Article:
Tag Archives: entrepreneur

How to Start a Company

Posted December 13 2010

First off, I’d like to setup some ground rules before I get started.

I really put people into two separate buckets.

There are entrepreneurs : These people are looking to develop an asset which provides a good or service which can eventually operate on its own. The primary job of an entrepreneur job is to build a business which grows and continues a success trajectory without them present.

There are small business people: These people are looking to start a business which they can run so they have discretion over their own fate and schedules without the oversight of a boss. If being your own boss and having more time to spend with your family is your top priority, you probably fall in this bucket.

Most all of my writings are directed towards the former as opposed to the latter, for no other reason other than I am more focused on building companies as opposed to small businesses, therefore if you are starting a pet store downtown, you are better off finding information elsewhere.

Now gentle reader, we will venture onward:

So, companies start all sorts of different ways. Many start with someone dreaming up an idea, while others start with dreaming up a way of improving someone else’s idea. The only thing in common with all of them is that they all have the same goal… to create a good or service that people adore / use and then to make money by providing that good to an interested party.

While people tend to do a good job dreaming up the newest “viral-social-shaping-pet-network” they do so without a good business model behind it.

“We’ll make money off advertising.”

Famous last words….

You have a better chance of taking your startup capital and investing in lottery tickets than making money off of advertising without MASSIVE critical mass.

And I mean.. Massive

So maybe I’m exaggerating a bit, but I’m not a huge fan of the “build something so popular and timeless that we’ll make a killing on advertising.” While being a successful entrepreneur already requires a lot of luck, I like to 20..1 odds as opposed to 1,000,000..1 odds, which are closer to reality in building a business model off of advertising that will stick.

Despite popular belief, even companies like Twitter, Facebook, and Google had a profit motive ( even though some of them, cough.. Twitter.. cough ) haven’t fully executed on their business profit model.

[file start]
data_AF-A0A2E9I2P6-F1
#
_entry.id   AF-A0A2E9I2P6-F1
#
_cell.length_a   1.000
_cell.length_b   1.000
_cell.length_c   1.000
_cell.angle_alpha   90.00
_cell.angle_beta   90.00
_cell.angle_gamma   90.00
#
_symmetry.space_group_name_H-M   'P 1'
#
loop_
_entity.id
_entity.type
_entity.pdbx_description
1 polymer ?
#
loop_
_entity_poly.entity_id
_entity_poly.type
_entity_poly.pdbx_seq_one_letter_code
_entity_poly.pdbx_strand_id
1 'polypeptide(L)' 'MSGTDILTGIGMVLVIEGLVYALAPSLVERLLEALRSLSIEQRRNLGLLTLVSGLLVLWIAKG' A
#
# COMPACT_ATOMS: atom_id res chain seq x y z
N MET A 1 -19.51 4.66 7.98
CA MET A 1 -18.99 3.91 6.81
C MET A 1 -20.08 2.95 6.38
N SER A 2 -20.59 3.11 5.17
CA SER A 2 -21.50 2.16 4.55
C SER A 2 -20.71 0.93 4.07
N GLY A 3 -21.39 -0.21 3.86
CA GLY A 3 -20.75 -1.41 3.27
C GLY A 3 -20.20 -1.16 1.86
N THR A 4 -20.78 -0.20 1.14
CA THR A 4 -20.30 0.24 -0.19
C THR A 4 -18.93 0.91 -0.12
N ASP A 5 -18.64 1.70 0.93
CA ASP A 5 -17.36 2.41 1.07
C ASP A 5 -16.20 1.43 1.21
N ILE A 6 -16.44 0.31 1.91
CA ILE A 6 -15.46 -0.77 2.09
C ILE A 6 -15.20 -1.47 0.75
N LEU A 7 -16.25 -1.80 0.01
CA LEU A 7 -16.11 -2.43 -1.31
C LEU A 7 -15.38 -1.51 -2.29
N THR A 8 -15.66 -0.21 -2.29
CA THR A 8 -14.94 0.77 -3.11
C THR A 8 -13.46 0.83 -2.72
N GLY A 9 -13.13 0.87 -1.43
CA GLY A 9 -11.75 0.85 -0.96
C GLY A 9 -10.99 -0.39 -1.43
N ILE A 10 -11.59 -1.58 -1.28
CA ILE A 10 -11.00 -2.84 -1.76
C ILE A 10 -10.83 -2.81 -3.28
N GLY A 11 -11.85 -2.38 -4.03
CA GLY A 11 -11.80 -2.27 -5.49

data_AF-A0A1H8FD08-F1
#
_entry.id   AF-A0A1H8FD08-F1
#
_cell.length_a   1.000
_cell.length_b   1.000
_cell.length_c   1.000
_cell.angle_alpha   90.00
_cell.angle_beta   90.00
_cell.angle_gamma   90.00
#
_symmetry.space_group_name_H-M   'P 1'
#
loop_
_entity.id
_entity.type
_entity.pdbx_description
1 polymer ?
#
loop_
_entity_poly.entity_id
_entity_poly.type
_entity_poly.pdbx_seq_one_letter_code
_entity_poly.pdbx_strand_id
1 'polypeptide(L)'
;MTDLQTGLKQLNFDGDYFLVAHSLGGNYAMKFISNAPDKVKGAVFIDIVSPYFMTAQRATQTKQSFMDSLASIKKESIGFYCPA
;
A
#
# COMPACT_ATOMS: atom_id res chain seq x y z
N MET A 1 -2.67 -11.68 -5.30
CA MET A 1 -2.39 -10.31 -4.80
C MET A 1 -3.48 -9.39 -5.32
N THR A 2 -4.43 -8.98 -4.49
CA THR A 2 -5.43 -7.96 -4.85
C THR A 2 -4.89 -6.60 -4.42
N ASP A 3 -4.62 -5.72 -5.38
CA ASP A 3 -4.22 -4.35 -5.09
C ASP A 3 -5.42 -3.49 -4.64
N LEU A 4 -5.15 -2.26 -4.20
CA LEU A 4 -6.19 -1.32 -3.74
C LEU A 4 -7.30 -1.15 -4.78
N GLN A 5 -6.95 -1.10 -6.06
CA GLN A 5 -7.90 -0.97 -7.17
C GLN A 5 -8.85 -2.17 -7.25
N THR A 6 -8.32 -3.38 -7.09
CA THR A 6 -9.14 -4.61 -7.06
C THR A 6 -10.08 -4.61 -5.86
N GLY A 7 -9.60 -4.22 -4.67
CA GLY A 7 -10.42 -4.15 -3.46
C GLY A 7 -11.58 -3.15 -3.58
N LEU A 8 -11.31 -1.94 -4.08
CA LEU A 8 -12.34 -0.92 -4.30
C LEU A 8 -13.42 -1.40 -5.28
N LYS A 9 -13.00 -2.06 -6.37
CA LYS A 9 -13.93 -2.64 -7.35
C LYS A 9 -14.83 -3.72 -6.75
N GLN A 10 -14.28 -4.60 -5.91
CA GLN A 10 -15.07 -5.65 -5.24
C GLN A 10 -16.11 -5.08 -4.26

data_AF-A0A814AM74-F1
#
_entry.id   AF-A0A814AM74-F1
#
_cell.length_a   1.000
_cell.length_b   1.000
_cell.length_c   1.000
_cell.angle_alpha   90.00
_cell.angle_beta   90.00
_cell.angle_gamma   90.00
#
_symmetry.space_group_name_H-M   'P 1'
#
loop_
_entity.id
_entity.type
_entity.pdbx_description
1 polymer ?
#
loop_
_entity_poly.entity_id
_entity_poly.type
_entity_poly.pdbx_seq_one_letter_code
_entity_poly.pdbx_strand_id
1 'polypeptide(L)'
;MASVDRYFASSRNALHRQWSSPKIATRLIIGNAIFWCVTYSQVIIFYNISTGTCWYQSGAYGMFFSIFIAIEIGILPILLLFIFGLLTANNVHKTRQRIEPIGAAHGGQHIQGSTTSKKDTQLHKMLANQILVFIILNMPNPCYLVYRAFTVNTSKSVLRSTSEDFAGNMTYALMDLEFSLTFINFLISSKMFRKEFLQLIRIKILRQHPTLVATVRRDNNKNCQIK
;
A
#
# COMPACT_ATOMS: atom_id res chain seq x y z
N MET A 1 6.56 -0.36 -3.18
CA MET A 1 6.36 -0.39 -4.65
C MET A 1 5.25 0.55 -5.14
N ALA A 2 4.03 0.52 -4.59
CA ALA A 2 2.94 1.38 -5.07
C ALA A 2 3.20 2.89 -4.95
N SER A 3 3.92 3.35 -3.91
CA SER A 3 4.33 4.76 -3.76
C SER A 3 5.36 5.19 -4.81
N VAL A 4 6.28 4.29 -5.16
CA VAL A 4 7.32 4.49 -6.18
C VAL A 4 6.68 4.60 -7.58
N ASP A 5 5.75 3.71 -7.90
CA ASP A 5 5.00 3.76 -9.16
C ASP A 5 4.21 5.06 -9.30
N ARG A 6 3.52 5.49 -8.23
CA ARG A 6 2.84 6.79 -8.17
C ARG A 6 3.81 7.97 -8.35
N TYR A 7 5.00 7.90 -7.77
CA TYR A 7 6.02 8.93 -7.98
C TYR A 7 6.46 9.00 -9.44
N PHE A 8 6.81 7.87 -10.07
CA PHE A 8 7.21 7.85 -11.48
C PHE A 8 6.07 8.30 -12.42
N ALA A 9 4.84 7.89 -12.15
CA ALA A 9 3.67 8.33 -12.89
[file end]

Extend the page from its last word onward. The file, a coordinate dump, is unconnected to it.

*(Footnote: Twitter will make it, and if timing is good, investors will make a bunch of money, but IMHO I’m long Facebook and Short Twitter. Sorry guys. )

The truth of the matter is, if you are looking to build a Twitter or a Facebook – good for you. You are probably smarter than I and should go read someone smarter’s blog. Lord knows there are 1000′s out there.

If you’re looking for mild mannered success, like being able to occasionally fly private as opposed to personalized 767, read on.

And these guys drive a Prius? Really? C’mon!

FIRST STEP: THE IDEA

So let’s first dwell a little on the first part of your brilliant hydroelectric cat toothbrush, how are you going to produce it? How are you going to take it to market? What are you going to do when the SPCA delivers you a special award for curing cat gingivitis?

Well, let’s take a step back first and put your idea into one of two buckets. – Patentable and non Patentable.

If you have a brand new product where a patent is going to be your protection, such as the toothbrush, then you need to work as quickly as possible to get a provisional patent filed and TELL NO ONE about your idea until that is done. You will have to solicit an NDA to talk to people about an idea where the patent IS the value behind the idea.  If you don’t, you potentially screw up the patent-ability of the product.  Before you go hiring a patent attorney, pay the USTPO website or Google patent

http://www.google.com/patents

http://www.uspto.gov/

Where you will depressingly find out that your idea was probably already patented. No problem, go think up another one!